RaveThe Washington Independent Review of Books... a jarring accomplishment. It’s a heroic attempt to explicate the essential nature of thinking that overturns assumptions, pricks human pride, and maybe even puts a scare into the reader. It’s also an energetic exposition that begins as a biology lesson and winds up offering an evolutionary argument for kindness. It will almost surely change your mind about the mind. ... The authors are two scientists — Ogi Ogas and Sai Gaddam — who succeed in making complex ideas accessible to the general public ... The book is full of startling, delightful insights.
MixedThe Washington Independent Review of BooksEach part is engaging, entertaining, and enlightening. But the whole doesn’t offer a coherent experience: It’s more like three disconnected rambles than a single trip to a fixed destination ... Junger is best known for his multi-year New York Times bestseller, The Perfect Storm, which was turned into a blockbuster movie of the same name. Critics likened him to Ernest Hemingway after that early triumph, and the comparison is warranted. His prose offers the same nervous constraint, the same explosive calm ... As with Hemingway’s style, Junger’s distinctive voice might, in the mischievous mind, inspire parody alongside admiration ... The saga ends enigmatically, with an anticlimactic failure to achieve a desired goal. But that failure perhaps provides a further insight into the nature of freedom — and an argument for the book’s disjointed structure. Acceptance of the random nature of our existence may be what truly sets us free.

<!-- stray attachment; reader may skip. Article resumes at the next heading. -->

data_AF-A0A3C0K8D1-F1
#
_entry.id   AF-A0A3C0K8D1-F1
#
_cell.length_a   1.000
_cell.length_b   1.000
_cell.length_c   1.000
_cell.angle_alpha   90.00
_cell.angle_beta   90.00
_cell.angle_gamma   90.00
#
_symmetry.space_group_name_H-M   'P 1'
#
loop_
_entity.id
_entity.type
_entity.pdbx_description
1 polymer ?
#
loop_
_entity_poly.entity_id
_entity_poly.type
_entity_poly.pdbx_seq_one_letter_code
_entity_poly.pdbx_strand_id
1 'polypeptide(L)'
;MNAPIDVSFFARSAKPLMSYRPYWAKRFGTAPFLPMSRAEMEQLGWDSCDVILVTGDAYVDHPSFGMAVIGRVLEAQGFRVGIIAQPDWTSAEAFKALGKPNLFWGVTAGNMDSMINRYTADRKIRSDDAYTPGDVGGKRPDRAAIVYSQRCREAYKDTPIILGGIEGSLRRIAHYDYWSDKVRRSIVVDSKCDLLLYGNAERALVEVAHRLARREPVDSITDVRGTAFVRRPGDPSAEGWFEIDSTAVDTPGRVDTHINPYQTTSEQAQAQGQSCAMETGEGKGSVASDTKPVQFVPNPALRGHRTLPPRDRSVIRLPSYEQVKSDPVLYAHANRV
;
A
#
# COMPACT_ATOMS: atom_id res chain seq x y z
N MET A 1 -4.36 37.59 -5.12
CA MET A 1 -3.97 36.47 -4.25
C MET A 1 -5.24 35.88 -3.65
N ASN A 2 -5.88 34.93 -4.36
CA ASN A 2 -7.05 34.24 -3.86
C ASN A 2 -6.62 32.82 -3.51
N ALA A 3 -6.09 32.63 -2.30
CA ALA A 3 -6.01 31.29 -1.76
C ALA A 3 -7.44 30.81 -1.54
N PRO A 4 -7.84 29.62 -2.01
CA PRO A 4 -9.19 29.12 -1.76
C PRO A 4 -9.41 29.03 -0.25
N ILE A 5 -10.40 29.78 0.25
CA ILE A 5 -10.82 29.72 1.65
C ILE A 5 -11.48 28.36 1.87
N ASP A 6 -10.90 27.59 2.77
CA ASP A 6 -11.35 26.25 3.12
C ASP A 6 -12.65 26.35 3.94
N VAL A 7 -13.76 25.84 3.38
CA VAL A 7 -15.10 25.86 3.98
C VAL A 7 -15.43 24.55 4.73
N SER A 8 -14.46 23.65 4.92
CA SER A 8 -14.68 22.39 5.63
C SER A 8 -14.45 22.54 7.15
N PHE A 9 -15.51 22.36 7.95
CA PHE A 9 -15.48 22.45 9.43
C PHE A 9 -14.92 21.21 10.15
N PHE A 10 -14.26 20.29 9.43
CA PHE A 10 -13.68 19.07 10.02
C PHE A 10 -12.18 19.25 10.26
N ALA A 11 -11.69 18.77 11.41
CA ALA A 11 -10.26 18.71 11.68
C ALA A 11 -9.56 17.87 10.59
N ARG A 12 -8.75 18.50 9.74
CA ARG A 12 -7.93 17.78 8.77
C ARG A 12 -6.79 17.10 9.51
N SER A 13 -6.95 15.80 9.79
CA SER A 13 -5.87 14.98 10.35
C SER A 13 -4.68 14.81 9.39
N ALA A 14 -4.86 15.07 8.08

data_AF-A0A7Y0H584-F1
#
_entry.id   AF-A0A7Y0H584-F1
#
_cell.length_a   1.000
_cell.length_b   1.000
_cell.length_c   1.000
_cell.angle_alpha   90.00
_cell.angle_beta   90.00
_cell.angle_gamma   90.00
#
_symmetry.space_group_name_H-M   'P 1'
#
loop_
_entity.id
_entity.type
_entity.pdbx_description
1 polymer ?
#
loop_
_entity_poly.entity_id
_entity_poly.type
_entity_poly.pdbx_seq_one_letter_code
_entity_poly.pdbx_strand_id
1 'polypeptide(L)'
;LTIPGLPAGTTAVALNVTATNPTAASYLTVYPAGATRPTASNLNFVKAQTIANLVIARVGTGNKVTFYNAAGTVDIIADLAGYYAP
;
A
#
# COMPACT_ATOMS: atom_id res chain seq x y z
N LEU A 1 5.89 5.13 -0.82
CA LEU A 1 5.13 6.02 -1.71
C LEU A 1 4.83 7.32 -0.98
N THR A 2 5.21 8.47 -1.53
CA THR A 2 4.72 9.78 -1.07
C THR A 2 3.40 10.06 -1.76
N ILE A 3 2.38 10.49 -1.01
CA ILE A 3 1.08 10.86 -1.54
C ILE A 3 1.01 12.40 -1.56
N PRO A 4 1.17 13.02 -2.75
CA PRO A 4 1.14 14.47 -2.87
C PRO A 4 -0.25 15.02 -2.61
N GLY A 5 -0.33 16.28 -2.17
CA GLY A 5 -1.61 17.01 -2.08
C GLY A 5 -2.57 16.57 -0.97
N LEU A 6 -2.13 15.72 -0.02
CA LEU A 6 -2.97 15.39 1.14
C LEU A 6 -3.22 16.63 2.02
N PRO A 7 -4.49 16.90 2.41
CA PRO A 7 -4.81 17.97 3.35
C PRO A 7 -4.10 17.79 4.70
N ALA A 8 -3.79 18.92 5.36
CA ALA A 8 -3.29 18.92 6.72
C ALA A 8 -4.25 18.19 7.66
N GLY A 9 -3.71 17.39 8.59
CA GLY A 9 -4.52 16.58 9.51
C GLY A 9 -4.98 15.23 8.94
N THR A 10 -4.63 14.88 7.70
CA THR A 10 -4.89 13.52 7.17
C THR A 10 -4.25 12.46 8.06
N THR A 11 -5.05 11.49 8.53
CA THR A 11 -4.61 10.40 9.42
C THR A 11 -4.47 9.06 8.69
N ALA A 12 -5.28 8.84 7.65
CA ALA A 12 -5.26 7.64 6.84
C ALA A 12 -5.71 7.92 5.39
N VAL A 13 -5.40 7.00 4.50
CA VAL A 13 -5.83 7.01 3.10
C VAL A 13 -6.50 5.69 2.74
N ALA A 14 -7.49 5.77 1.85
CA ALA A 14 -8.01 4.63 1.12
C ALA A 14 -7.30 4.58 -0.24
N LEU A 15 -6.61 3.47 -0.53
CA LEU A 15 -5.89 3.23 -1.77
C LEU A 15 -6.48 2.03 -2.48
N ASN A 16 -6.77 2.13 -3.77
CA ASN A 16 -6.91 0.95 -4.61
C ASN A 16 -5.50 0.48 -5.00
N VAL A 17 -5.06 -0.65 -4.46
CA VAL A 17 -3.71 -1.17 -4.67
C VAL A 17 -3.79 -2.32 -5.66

PositiveWashington Independent Review of Books... [a] galloping new narrative ... As a history buff who unrealistically expects order in past events, I was always irrationally disturbed that the U.S./Mexican expedition occurred in the midst of Europe’s Great War. It seemed to me as if every war should have the stage to itself. But Guinn makes clear that these two conflicts, far from intruding on each other’s independent storyline, were instead closely connected ... Guinn offers both the light and dark of key characters ... Guinn’s unhappy conclusion is that little has fundamentally changed at the border. Americans still complain of Mexican incursion, but as he illustrates with a disturbing quote near the book’s end, those complaints are often rooted in a continued refusal to accept the basic humanity of our southern neighbors.